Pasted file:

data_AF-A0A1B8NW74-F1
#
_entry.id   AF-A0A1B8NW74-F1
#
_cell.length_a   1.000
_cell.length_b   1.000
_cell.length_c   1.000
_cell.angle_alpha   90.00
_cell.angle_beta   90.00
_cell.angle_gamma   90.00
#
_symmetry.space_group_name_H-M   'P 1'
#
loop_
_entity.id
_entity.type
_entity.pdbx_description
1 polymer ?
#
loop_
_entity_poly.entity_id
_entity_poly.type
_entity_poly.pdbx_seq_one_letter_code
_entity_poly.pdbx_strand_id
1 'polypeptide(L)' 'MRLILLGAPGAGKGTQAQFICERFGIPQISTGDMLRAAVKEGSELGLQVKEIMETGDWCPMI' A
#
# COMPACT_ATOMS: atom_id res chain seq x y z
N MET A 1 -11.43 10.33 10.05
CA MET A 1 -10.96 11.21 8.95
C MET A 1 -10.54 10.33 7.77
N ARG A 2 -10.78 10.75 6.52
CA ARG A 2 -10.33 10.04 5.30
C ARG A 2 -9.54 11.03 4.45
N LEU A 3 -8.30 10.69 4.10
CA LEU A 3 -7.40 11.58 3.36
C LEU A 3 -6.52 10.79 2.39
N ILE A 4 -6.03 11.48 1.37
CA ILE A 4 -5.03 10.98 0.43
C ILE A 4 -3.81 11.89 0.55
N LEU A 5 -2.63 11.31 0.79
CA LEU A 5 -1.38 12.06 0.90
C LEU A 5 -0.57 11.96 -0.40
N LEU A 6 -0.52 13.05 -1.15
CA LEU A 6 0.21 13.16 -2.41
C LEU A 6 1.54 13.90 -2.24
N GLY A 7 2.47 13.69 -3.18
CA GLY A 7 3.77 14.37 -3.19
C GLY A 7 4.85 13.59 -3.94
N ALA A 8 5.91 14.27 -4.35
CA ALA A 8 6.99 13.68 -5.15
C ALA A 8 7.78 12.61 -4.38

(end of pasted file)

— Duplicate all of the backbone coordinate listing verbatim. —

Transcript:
data_AF-A0A1B8NW74-F1
#
_entry.id   AF-A0A1B8NW74-F1
#
_cell.length_a   1.000
_cell.length_b   1.000
_cell.length_c   1.000
_cell.angle_alpha   90.00
_cell.angle_beta   90.00
_cell.angle_gamma   90.00
#
_symmetry.space_group_name_H-M   'P 1'
#
loop_
_entity.id
_entity.type
_entity.pdbx_description
1 polymer ?
#
loop_
_entity_poly.entity_id
_entity_poly.type
_entity_poly.pdbx_seq_one_letter_code
_entity_poly.pdbx_strand_id
1 'polypeptide(L)' 'MRLILLGAPGAGKGTQAQFICERFGIPQISTGDMLRAAVKEGSELGLQVKEIMETGDWCPMI' A
#
# COMPACT_ATOMS: atom_id res chain seq x y z
N MET A 1 -11.43 10.33 10.05
CA MET A 1 -10.96 11.21 8.95
C MET A 1 -10.54 10.33 7.77
N ARG A 2 -10.78 10.75 6.52
CA ARG A 2 -10.33 10.04 5.30
C ARG A 2 -9.54 11.03 4.45
N LEU A 3 -8.30 10.69 4.10
CA LEU A 3 -7.40 11.58 3.36
C LEU A 3 -6.52 10.79 2.39
N ILE A 4 -6.03 11.48 1.37
CA ILE A 4 -5.03 10.98 0.43
C ILE A 4 -3.81 11.89 0.55
N LEU A 5 -2.63 11.31 0.79
CA LEU A 5 -1.38 12.06 0.90
C LEU A 5 -0.57 11.96 -0.40
N LEU A 6 -0.52 13.05 -1.15
CA LEU A 6 0.21 13.16 -2.41
C LEU A 6 1.54 13.90 -2.24
N GLY A 7 2.47 13.69 -3.18
CA GLY A 7 3.77 14.37 -3.19
C GLY A 7 4.85 13.59 -3.94
N ALA A 8 5.91 14.27 -4.35
CA ALA A 8 6.99 13.68 -5.15
C ALA A 8 7.78 12.61 -4.38